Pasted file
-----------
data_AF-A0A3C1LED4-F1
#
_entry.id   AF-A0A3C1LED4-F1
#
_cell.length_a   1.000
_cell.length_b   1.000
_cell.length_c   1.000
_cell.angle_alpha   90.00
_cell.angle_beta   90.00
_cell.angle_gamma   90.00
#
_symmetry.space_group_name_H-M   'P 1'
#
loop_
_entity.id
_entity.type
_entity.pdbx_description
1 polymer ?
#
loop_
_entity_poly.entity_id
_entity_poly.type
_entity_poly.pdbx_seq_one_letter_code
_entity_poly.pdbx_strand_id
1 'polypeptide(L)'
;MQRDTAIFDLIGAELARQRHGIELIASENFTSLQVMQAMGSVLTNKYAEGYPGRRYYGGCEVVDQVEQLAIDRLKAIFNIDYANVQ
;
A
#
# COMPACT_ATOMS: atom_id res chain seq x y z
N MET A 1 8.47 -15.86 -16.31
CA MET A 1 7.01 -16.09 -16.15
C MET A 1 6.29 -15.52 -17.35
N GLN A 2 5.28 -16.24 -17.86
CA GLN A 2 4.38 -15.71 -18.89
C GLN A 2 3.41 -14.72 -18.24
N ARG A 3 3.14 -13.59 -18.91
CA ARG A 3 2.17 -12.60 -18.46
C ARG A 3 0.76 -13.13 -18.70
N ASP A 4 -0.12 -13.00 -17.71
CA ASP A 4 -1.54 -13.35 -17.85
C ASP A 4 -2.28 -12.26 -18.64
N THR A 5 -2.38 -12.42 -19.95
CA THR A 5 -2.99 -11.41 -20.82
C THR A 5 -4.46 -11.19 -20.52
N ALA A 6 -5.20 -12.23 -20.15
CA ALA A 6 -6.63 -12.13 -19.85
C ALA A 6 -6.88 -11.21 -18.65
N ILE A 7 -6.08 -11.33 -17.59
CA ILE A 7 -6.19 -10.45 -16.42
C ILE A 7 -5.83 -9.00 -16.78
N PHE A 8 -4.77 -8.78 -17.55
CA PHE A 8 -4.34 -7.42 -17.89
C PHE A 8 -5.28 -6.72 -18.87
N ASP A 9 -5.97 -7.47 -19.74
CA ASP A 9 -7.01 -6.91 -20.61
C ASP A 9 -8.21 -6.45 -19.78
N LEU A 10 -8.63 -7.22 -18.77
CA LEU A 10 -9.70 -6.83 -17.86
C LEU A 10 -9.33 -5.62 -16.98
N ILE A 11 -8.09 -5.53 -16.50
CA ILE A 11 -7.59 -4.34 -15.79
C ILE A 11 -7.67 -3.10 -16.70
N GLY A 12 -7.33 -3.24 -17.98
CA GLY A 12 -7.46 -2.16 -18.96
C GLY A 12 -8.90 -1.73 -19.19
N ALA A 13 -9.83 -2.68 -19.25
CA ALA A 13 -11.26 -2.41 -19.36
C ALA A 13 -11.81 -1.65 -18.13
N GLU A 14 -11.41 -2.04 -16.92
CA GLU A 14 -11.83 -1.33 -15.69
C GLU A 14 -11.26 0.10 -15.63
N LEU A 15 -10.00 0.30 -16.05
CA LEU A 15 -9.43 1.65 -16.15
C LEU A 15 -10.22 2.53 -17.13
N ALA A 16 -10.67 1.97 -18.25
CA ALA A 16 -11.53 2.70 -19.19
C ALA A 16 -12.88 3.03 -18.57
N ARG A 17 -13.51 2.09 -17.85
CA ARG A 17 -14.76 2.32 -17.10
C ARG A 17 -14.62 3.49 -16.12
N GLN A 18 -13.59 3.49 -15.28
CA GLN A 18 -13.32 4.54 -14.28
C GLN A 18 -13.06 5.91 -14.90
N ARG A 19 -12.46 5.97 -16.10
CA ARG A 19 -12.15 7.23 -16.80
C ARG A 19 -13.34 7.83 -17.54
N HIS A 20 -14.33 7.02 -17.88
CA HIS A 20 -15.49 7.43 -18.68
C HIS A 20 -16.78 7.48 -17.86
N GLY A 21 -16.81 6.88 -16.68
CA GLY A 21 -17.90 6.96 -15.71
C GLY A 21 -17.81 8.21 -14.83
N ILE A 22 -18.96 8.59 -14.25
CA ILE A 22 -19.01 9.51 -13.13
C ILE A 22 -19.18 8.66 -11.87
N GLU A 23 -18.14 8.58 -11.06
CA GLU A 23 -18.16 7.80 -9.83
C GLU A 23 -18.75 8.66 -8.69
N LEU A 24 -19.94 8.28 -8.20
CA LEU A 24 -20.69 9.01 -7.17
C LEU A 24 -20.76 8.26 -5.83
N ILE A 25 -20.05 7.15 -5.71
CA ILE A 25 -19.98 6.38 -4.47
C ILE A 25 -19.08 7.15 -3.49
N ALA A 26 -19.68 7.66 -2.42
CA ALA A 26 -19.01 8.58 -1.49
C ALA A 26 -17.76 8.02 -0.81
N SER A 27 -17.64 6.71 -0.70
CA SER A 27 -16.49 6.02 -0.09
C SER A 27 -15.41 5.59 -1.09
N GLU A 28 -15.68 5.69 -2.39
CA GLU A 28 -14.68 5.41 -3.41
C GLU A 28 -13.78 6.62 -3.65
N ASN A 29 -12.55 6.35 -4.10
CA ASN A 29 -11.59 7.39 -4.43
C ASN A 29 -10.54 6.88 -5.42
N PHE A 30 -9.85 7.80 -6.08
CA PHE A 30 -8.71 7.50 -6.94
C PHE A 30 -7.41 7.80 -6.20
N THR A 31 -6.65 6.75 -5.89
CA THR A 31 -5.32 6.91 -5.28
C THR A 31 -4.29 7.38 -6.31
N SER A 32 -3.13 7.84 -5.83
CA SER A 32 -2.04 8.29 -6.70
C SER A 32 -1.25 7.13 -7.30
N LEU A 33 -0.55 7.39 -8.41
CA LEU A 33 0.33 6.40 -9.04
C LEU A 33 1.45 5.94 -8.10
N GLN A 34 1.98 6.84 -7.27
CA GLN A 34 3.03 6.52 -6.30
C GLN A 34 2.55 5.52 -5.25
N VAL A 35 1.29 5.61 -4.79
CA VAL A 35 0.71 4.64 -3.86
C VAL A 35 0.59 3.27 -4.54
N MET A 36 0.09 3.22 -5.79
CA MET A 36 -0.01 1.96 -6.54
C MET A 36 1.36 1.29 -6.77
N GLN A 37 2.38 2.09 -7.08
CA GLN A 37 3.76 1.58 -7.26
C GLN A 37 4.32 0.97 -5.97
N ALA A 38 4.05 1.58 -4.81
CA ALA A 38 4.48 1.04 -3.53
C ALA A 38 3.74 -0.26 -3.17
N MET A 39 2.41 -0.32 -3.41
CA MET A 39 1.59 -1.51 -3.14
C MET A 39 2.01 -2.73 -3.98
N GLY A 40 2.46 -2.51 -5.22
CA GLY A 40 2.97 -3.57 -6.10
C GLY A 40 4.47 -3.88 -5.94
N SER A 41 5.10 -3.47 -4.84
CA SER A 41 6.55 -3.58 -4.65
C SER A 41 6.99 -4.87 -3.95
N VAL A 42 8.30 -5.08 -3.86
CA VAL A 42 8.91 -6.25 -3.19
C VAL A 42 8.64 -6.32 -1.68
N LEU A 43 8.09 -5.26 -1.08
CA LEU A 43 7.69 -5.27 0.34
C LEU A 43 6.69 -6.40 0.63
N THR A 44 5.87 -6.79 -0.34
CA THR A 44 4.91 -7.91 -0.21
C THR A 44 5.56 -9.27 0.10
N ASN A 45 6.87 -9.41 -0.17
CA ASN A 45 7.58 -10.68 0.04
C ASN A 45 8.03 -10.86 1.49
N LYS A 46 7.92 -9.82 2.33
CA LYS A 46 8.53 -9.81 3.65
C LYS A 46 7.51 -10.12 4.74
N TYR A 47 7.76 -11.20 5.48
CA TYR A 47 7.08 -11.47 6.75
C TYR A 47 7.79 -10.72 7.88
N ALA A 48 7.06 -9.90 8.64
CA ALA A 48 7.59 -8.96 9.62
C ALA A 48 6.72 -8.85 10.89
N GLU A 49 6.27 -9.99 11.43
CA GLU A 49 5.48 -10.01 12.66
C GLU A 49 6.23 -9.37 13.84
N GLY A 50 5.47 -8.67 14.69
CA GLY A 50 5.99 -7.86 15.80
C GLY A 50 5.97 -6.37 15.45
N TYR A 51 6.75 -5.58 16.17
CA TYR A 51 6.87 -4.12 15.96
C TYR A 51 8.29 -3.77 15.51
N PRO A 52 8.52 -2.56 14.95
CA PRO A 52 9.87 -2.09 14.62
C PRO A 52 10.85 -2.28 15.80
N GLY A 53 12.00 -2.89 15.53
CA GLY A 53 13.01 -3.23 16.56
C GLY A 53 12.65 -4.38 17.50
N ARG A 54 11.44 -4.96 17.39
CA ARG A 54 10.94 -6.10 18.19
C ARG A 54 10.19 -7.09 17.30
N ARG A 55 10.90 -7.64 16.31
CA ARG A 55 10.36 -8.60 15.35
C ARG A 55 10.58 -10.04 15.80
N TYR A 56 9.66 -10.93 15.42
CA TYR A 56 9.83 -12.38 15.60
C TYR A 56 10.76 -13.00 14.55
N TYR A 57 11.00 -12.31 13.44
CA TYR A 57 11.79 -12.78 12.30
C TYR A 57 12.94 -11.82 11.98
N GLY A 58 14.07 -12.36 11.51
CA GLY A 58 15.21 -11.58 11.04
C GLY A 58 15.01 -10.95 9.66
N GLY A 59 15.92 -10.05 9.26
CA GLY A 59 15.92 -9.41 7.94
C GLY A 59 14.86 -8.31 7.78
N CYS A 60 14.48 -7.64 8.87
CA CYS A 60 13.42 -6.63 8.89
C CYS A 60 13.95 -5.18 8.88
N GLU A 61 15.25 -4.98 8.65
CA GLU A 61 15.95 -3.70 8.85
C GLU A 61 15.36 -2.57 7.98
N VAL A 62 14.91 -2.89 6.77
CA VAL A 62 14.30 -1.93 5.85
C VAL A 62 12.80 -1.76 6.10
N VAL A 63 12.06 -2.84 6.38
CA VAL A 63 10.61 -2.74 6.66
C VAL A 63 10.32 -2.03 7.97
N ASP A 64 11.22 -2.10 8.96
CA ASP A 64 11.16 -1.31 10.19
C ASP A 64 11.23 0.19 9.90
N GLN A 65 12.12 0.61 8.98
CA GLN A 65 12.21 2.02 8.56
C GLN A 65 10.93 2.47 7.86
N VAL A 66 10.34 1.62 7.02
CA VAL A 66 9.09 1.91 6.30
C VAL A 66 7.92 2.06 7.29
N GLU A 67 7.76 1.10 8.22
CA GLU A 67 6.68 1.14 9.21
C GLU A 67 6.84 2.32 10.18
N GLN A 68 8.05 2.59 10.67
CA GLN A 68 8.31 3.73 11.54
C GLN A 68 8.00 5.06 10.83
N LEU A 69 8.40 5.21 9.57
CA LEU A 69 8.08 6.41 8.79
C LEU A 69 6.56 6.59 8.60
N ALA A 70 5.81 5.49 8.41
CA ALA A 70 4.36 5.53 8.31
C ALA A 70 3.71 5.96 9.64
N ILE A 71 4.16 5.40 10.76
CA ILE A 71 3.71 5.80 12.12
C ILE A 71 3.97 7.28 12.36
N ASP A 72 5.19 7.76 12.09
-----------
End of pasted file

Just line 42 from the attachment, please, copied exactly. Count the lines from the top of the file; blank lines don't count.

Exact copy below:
C ASP A 4 -2.28 -12.26 -18.64